Ed Poppel, the University of Florida’s liaison to the Board of Directors of UF Historic St Augustine, Inc., said it all when he said in an interview after Wednesday’s special board meeting, “I heard nothing today in the discussion that would suggest relocation, removal, or in any way altering the Loring Monument.”
Despite a previous contentious meeting, peppered with guests who conflated a memorial to General William Wing Loring as “institutional racism”, the final meeting to review more than a dozen potential options before the direct service organization managing the state’s historic properties ended in consensus — the gravesite and memorial of the Confederate general that bears the image of a Confederate flag in one of St Augustine’s most prominent places will remain there.
“We get into real shaky, muddy ground when we leave our mission, and our mission is simply to reveal history, educate people about history, and not make judgments,” Board member Bill Proctor said. His recommendation to leave the monument alone and avoid political debate was considered by many as the only sensible solution to recent criticism never debated in a hundred years since the memorial was constructed.
Jill Pacetti, a mother of two and local businesswoman seeking her first election to a seat on St Augustine’s city commission, told Historic City News that she was impressed with Dr. Proctor’s ability to see through the smoke and focus on our obligation to teach the history of the city. Pacetti, who considers herself a history buff, is homeschooling her daughter and appreciated the leadership Proctor has shown.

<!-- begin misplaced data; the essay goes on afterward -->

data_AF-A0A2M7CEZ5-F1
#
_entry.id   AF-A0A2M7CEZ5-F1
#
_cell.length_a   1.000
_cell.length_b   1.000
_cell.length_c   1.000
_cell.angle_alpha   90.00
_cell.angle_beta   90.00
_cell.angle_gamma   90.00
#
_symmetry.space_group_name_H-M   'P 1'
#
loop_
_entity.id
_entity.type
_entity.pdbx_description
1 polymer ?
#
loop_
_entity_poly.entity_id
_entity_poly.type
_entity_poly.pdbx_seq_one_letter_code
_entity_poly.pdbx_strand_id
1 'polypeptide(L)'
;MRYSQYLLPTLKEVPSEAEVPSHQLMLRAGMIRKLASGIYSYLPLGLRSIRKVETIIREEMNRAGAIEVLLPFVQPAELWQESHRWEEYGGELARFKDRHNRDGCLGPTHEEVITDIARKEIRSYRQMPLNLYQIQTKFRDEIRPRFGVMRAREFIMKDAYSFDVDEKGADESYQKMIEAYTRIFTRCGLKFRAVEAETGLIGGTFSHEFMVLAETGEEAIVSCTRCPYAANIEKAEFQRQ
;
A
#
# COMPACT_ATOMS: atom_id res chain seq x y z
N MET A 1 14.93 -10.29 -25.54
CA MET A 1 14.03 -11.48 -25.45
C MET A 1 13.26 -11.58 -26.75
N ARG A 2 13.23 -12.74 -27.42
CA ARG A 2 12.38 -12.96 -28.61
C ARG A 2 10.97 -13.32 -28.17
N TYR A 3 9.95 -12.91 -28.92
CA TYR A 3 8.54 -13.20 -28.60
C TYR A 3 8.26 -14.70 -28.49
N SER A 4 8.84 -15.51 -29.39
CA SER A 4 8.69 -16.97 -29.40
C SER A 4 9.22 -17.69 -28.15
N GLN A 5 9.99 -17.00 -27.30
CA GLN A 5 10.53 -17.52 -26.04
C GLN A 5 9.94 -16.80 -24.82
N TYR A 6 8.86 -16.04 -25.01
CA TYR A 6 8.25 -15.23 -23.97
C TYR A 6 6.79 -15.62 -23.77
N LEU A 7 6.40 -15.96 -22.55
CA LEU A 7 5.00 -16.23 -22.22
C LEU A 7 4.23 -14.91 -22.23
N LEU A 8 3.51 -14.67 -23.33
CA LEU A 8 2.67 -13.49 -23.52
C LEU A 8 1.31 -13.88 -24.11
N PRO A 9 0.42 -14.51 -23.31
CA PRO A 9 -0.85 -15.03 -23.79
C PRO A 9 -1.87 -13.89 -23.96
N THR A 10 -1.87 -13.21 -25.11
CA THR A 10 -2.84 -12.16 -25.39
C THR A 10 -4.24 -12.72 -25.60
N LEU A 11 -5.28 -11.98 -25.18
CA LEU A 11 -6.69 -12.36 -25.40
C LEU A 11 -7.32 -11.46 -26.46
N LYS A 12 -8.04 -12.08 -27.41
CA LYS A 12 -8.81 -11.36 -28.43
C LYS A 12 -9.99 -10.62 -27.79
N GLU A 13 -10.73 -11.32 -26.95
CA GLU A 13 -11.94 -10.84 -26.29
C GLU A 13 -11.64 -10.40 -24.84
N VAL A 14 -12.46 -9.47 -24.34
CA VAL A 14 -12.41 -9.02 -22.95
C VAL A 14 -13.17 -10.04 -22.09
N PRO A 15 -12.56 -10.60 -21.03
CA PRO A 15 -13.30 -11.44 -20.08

Also attending Wednesday’s meeting was Bill McClure, a former member of St Johns County’s board of commissioners and now a candidate for mayor. He also had praise for Dr. Proctor’s remarks. He told Historic City News that even though he is seeking political office, Proctor’s advice for the service organization to avoid political debate and not make judgments, may have been the “quote of the day”.
“I can’t control the fact that people see that Confederate flag on the side of that monument and wish to interpret that as a dedicated monument to the Confederacy. I don’t interpret it that way,” Board member Herschel Shepard, a well-known architect with historic preservation experience, said. In his opinion, Shepard said the fact that the memorial is a major figure in St Augustine overshadows the fact that part of the monument can be interpreted in different ways. He said that he does not want any physical aspect of the Loring memorial changed.
Despite abusive attempts at intimidation at the hands of St Paul AME leader Ronald Rawls, Jr., of Gainesville, whose wife Meshon works for the University and is seeking a seat on the bench as a county judge, the City of St Augustine decided last October to keep the memorial to local soldiers who served in the Confederacy and died away from home.
Rawls has continued his domineering abuse of local residents and businessowners, continuing to beat the drum, demanding that the “racist statues” be taken down. He leads a procession of Jacksonville activists that includes members of several protest groups as well as supporters of the violent group ANTIFA and the New Black Panther Party.
The city invited several volunteer historians and educators to participate on a committee to recommend “contextualization” options for the 146-year-old memorial obelisk across from the public market building in the Plaza de la Constitucion. The Confederate Soldier Memorial was built and paid for by the Ladies Memorial Association of Saint Augustine in the 1800’s. Committee chairman Thomas Jackson said Wednesday morning that those efforts are probably about a month or two away from a recommendation.
Poppel concluded that, later, UF Historic St Augustine could look at contextualization of Loring Memorial Park. UF officials previously waited for the City of St Augustine to decide the fate of the Plaza memorial before beginning a discussion about what to do with the Loring memorial.